A conference committee will decide what to do with an Alabama bill that would prevent Confederate monuments from being taken down. 

The group of will try to resolve House and Senate differences in the bill that would prohibit the removal of any historic marker or monument.

The House of Representatives on Thursday appointed conference committee members so the panel can meet in the final week of the legislative session.

The bill comes as some Southern cities consider taking down Confederate monuments.

Finalists have been named for a literary award named for the late Alabama author Harper Lee. 

The University of Alabama law school and the American Bar Association Journal have named three books that are being considered for the Harper Lee Prize for Legal Fiction.

The annual award is given to a work of fiction that shows the role of attorneys in society and their power to bring about change.

The finalists are: "Gone Again" by James Grippando; "Small Great Things" by Jodi Picoult; and "The Last Days of Night" by Graham Moore.

donjd2 (Don DeBold) [Flickr]

The great things about a dog park are the fenced areas where you can play off-leash with your pet.  Be a responsible owner by making sure your dog is up-to-date on all shots, and clean up after your pet.  Another responsible thing for every owner to do is to be prepared for unexpected emergencies!

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A prison construction plan is headed to a key vote in committee.    The House Judiciary Committee will vote Tuesday on the proposal to build, or lease, up to four prisons in the state.  

 Senator Cam Ward, the bill's sponsor, said the vote is "do or die" for the legislation as lawmakers head into the final week of the legislative session.

Water quality activists are weighing the benefits of a partial court settlement over water quality in the Decatur area this week. 

U.S. District Judge Abdul Kallon issued the verdict authorizing a $5 million payment from chemical manufacturer Daikin America. It’s related to ongoing litigation over perfluorinated compounds, or PFCs, that were manufactured around Decatur for years before they were outlawed in the U.S.

The settlement is expected to be used to set up a temporary filtration system for drinking water from the Tennessee River.

The Alabama House of Representatives has finally approved new legislative districts for the state – after house Democrats delayed a vote by having the bill read aloud for sixteen hours.

Representatives approved the districts yesterday on a 70-30, strictly party-line vote.

Back in January, federal judges ordered the GOP-controlled Legislature to redraw lines before next year’s election after ruling some districts were gerrymandered by race.

A bill requiring insurance companies in the state to pay for autism therapy has passed the Senate budget committee. But the committee chairman is threatening not to advance the bill, as he continues negotiations.

The superintendent of Selma’s city school system has been placed on administrative leave for reportedly violating her contract.

The Selma Times-Journal reports Angela Mangum was suspended earlier this week after failing to notify Selma’s school board she was pursuing other employment opportunities.

Alabama House Democrats used a procedural maneuver last night to delay a vote on new legislative districts that they argue fail to correct race-based gerrymandering in the state.

Republicans hold a wide majority in both chambers of state Legislature and have the numbers to approve the new map. But Democrats delayed a vote until Thursday by asking for the 539-page redistricting bill to be read aloud, a process that is estimated to take 13 hours.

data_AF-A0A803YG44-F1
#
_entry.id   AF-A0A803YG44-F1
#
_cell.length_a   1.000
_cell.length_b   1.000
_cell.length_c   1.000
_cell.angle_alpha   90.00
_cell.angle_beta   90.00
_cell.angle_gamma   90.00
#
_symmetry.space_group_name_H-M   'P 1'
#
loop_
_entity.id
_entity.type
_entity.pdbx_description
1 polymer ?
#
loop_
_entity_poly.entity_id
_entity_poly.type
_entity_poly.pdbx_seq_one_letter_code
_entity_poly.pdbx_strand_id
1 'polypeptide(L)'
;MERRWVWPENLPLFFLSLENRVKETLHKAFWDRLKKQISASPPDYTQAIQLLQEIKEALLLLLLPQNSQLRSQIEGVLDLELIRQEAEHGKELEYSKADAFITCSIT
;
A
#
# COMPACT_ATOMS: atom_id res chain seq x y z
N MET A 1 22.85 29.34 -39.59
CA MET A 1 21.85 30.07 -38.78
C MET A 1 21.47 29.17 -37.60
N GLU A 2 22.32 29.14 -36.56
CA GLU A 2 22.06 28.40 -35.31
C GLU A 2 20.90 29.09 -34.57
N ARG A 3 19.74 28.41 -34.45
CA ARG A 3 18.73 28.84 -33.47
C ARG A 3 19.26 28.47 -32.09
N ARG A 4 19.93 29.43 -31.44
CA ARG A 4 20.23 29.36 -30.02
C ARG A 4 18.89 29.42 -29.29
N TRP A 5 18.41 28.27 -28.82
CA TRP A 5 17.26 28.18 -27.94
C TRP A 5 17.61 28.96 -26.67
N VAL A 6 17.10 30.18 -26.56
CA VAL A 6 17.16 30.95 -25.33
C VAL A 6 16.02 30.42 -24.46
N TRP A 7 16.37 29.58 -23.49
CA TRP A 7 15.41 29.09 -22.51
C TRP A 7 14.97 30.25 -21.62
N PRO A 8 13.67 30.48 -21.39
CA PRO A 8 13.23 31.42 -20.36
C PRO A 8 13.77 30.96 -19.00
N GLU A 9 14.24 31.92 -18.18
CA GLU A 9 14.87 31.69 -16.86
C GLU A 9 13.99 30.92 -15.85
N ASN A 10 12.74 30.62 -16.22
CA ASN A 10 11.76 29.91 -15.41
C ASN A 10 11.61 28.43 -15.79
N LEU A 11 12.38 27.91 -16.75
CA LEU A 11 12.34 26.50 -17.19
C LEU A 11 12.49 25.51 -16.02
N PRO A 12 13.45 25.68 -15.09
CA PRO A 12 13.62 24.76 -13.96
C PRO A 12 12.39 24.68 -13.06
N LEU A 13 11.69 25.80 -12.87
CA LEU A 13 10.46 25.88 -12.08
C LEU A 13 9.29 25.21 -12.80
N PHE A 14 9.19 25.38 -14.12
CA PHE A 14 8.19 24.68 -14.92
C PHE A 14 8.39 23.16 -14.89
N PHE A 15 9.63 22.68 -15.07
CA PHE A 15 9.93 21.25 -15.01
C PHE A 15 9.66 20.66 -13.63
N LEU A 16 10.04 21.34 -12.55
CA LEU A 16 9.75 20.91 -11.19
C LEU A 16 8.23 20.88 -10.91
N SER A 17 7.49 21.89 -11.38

Alabama Coal: More Questions Than Answers

May 9, 2017
Allison Mollenkamp

Coal was once king here in Alabama. But federal regulations and rising prices have forced changes in Alabama’s energy economy. This impacts both the industries that need a source of energy and the coal workers who make a living supplying that need. This second part of a two part series looks at the future of energy and coal communities in Alabama. 

The Senate Leadership Fund is planning a $2.6 million television ad buy on behalf of Senator Luther Strange as the group seeks to ward off challengers for the Senate seat previously held by now-Attorney General Jeff Sessions.

The super political action committee, with ties to Senate Majority Leader Mitch McConnell, announced the buy yesterday in a show of fiscal force leading up to the Aug. 15 Republican primary.

Senate Leadership Fund spokesman Chris Pack said the buy is just a fraction of what the group plans on spending to support Strange.

A circuit judge has ruled that parts of Alabama’s Workman’s Compensation Act are unconstitutional – meaning the whole act is unconstitutional, because of a non-severability statute.

The Gadsden Times reports Jefferson County Circuit Judge Pat Ballard found fault with statutes capping recovery for workers permanently but not totally disabled at $220 per week, and capping attorney’s fees at 15 percent.

Alabama Coal: Past and Present

May 8, 2017
Allison Mollenkamp / APR

There were a number of audiences being targeted during the race for the Presidency. One that hits home here in Alabama were coal workers. That energy source was once Alabama’s lifeblood. However, new regulations and new energy sources are changing the story and promises from the White House may not do much to breathe new life into what looks like a struggling industry.

Emergency managers in Alabama are gearing up for the beginning of hurricane season next month.

The state of Alabama will hold its annual hurricane drill today. State officials including Governor Kay Ivey will gather in Clanton for the procedure.

The Alabama Emergency Management Agency holds the exercise each year to practice its procedures and to ensure coordination between various local, state and federal agencies.

Law officers and school officials will be meeting in Hoover today to try to make schools safer.

The non-profit National Association of School Resource Officers is holding its first-ever national leadership summit. The conference is meant to teach lawmen and educators how to pick the best police officers to work on school campuses. NASRO says veteran officers with no disciplinary problems tend to be the best candidates.